have been intelligible to them - just as the words of Jesus when talking to them must have been. The majority of the New Testament
likewise was written in a milieu of Greco-Roman (and to a lesser extent Jewish) culture and it is important to not impose our modern
usage into our interpretation. It is not worth much to interpret a great many phrases and histories if one's interpretations are shaded by pre-conceived notions and cultural biases, thereby rendering an inaccurate and ineffectual lesson.

3) The rule of CONTEXT: The meaning must be gathered from the context. Every word you read must be understood in the light of the words that come before and after it. Many passages will not be understood at all, or understood incorrectly, without the help afforded by the context. A good example of this is the Mormon practice of using 1 Cor. 8:5b: "...for there be gods many and lords many..." as a "proof text" of their doctrine of polytheism. However, a simple reading of the whole verse in the context of the whole chapter (e.g. where Paul calls these gods "so-called"), plainly demonstrates that Paul is not teaching polytheism.

4) The rule of HISTORICAL BACKGROUND: The interpreter must have some awareness of the life and society of the times in which the Scripture was written. The spiritual principle will be timeless but often can't be properly appreciated without some knowledge of the background. If the interpreter can have in his mind what the writer had in his mind when he wrote - without adding any excess baggage from the
interpreter's own culture or society - then the true thought of the Scripture can be captured resulting in an accurate interpretation. Oliver Wendell Holmes said, "Our only interest in the past is for the light it throws upon the present."

5) The rule of LOGIC:
Interpretation is merely logical reasoning. When interpreting Scripture, the use of reason is everywhere to be assumed. Does the interpretation make sense? The Bible was given to us in the form of human language and therefore appeals to human reason - it invites investigation. It is to be interpreted as we would any other volume: applying the laws of language and grammatical analysis.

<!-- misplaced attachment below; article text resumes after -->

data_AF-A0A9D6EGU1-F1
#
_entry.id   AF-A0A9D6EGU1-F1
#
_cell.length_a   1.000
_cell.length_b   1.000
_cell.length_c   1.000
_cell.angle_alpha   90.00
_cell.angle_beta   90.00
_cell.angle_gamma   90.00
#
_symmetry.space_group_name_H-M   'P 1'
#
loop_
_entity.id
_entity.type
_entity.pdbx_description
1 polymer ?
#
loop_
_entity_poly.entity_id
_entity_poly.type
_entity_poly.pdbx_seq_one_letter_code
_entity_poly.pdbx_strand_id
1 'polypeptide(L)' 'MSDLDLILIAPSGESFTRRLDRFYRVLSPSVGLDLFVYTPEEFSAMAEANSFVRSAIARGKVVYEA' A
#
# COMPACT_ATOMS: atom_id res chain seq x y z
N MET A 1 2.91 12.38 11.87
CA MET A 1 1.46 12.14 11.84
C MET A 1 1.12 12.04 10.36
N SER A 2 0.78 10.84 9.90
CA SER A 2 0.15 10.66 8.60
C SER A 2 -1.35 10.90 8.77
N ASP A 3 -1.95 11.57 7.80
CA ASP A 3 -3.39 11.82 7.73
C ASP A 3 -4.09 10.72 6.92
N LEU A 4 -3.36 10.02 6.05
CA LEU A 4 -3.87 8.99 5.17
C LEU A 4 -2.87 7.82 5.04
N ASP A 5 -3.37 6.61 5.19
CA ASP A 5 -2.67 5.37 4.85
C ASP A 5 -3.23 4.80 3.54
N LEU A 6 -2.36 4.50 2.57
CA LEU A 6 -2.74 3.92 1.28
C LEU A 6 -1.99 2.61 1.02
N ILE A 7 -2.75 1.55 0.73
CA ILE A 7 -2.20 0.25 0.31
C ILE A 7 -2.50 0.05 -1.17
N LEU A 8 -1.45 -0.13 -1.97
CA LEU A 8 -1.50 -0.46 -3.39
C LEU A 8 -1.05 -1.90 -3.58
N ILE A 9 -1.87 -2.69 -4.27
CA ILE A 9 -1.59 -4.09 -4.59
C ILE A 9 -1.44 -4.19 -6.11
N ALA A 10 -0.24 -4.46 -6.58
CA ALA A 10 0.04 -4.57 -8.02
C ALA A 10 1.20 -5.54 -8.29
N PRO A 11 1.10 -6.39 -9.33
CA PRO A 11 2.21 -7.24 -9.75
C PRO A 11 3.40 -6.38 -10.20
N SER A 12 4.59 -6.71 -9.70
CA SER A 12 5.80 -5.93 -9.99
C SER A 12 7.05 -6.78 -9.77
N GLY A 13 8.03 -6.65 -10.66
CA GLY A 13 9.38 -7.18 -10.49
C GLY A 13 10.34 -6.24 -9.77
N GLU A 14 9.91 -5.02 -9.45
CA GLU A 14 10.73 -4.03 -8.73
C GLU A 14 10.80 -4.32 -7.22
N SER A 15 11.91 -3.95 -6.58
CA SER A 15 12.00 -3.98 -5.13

"What is the control we use to weed out false theological speculation? Certainly the control is logic and evidence... interpreters who have not had the sharpening experience of logic...may have improper notions of implication and evidence. Too frequently such a person uses a basis of appeal that is a notorious violation of the laws of logic and evidence." (Protestant Biblical Interpretation, Boston:W. A. Wilde, 1956)

6) The rule of PRECEDENT: We must not violate the known usage of a word and invent another for which there is no precedent. Just as a judge's chief occupation is the study of previous cases, so must the interpreter use precedents in order to determine whether they really support an alleged doctrine. Consider the Bereans in Acts 17:10-12 who were called "noble" because they searched the Scriptures to determine if what Paul taught them was true.

7) The rule of INFERENCE: An inference is a fact reasonably implied from another fact. It is a logical consequence. It derives a conclusion from a given fact or premise. It is the deduction of one proposition from another proposition. Such inferential facts or propositions are sufficiently binding when their truth is established by competent and satisfactory evidence. Competent evidence means such evidence as the nature of the thing to be proved admits. Satisfactory evidence means that amount of proof which would ordinarily satisfy an unprejudiced mind beyond a reasonable doubt.

Learning these seven rules and properly applying them will help keep any interpreter from making errors and will hopefully alleviate many of the disagreements unfortunately present today.

Return to The Nazarene Way main menu

The Nazarene Way of Essenic Studies
 Email us at:
Join our Essene Holy Communions email list
Sign our Guest Book!